CHICAGO — A West Side man who carjacked a CTA bus and kidnapped its driver at gunpoint was on pretrial release for a felony charge of driving with a license suspended due to DUI, officials said. Chicago police used facial recognition technology to track him down.
Judge Susana Ortiz detained Cortez Flowers to await trial, saying electronic monitoring would not protect the public from him because state law allows people on ankle monitors to roam the city freely two days a week.
The bus driver pulled his #54 Cicero bus into the terminal at Montrose and Cicero around 10:45 p.m. on January 13 but agreed to let Flowers stay on for the ride back south as long as he didn’t cause any trouble, prosecutors said.
After using the restroom and having a smoke, the driver boarded the bus and walked down the aisle looking for trash. Flowers was holding a gun when the driver walked past, prosecutors said.
The driver returned to his seat and tried to activate the panic alarm, but he later realized he had pushed the wrong button. By then, it was too late. Flowers stepped to the front of the bus and stood next to the driver with a gun, repeatedly telling him to “be afraid,” according to prosecutors.
Flowers held the driver at gunpoint, first directing him to drive north and then ordering him to return to his usual route, according to a court filing. Flowers eventually exited at Division and Cicero about 25 minutes after the ordeal began.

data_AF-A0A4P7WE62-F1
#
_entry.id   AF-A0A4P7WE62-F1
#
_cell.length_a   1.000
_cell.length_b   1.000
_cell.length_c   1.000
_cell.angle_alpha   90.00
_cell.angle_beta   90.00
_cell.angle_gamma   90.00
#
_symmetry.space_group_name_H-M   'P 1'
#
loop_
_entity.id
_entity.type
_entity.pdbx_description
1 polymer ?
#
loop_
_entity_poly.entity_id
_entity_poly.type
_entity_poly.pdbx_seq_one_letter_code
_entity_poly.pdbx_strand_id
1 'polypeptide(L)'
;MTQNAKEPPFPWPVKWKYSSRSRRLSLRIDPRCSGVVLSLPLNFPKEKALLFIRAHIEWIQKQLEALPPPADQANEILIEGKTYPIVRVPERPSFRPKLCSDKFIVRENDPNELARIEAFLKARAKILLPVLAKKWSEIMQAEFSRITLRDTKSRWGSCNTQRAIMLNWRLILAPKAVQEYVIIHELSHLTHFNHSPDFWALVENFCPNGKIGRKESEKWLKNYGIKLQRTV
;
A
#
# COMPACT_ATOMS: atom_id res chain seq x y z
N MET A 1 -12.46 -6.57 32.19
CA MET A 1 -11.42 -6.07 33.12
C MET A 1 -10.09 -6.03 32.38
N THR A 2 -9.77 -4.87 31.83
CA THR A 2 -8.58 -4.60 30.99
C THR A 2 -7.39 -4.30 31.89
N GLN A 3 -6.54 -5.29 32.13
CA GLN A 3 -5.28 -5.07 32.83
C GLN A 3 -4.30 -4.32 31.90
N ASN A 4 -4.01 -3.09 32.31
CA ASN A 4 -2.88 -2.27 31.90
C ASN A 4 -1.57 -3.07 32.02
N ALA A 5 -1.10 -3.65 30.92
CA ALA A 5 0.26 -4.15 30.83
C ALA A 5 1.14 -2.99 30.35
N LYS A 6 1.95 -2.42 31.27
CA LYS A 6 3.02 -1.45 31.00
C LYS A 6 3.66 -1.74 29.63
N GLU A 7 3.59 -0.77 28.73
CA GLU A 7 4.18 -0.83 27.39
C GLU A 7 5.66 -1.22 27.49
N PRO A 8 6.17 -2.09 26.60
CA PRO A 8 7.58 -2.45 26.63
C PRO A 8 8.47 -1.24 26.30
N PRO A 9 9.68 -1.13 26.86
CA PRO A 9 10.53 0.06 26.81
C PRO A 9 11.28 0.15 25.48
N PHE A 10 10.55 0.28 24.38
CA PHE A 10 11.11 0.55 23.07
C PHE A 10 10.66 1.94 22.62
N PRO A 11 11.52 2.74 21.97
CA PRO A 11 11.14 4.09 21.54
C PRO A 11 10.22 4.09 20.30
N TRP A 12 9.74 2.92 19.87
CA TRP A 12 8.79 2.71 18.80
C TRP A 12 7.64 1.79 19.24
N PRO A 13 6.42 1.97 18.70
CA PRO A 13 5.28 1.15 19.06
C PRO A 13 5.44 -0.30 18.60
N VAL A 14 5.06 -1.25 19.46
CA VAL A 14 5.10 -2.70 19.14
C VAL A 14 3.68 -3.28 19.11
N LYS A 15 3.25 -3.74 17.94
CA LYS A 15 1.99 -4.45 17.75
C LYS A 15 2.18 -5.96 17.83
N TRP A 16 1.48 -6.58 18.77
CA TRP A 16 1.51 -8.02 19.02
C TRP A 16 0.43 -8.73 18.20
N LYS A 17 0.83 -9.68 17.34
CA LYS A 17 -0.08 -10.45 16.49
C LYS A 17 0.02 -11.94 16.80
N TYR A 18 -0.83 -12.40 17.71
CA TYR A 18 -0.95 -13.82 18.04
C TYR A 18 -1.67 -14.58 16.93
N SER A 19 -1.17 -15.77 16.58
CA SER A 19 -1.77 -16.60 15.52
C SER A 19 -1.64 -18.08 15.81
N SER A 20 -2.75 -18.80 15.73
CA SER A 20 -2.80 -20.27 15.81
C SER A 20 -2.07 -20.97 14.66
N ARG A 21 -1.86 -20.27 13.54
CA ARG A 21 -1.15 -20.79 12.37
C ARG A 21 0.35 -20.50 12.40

CTA cameras captured the entire episode. Chicago police ran images of the hijacker through facial recognition software, which identified Flowers as the gunman, according to prosecutors. They said police put a picture of Flowers in a photo lineup, and the bus driver identified him as the hijacker.
Police staked out Flowers’ home and took him into custody.
“That’s me,” he allegedly replied after being shown a CTA image of the hijacker. He explained that he remembered falling asleep on the bus and waking up to look for his wallet. But he said he did not have any conversation with the driver, according to court filings.
Detectives noted that he later conceded that the situation was “a big mistake.”
He is charged with aggravated vehicular hijacking with a firearm and aggravated kidnapping.
Flowers was arrested on January 1 for driving on a license suspended for DUI, a felony. He was released from the police station within hours, then failed to show up for his first court date on January 22, according to court records.
His previous felony convictions include driving on a license suspended for DUI in 2011, 2021, and twice in 2013.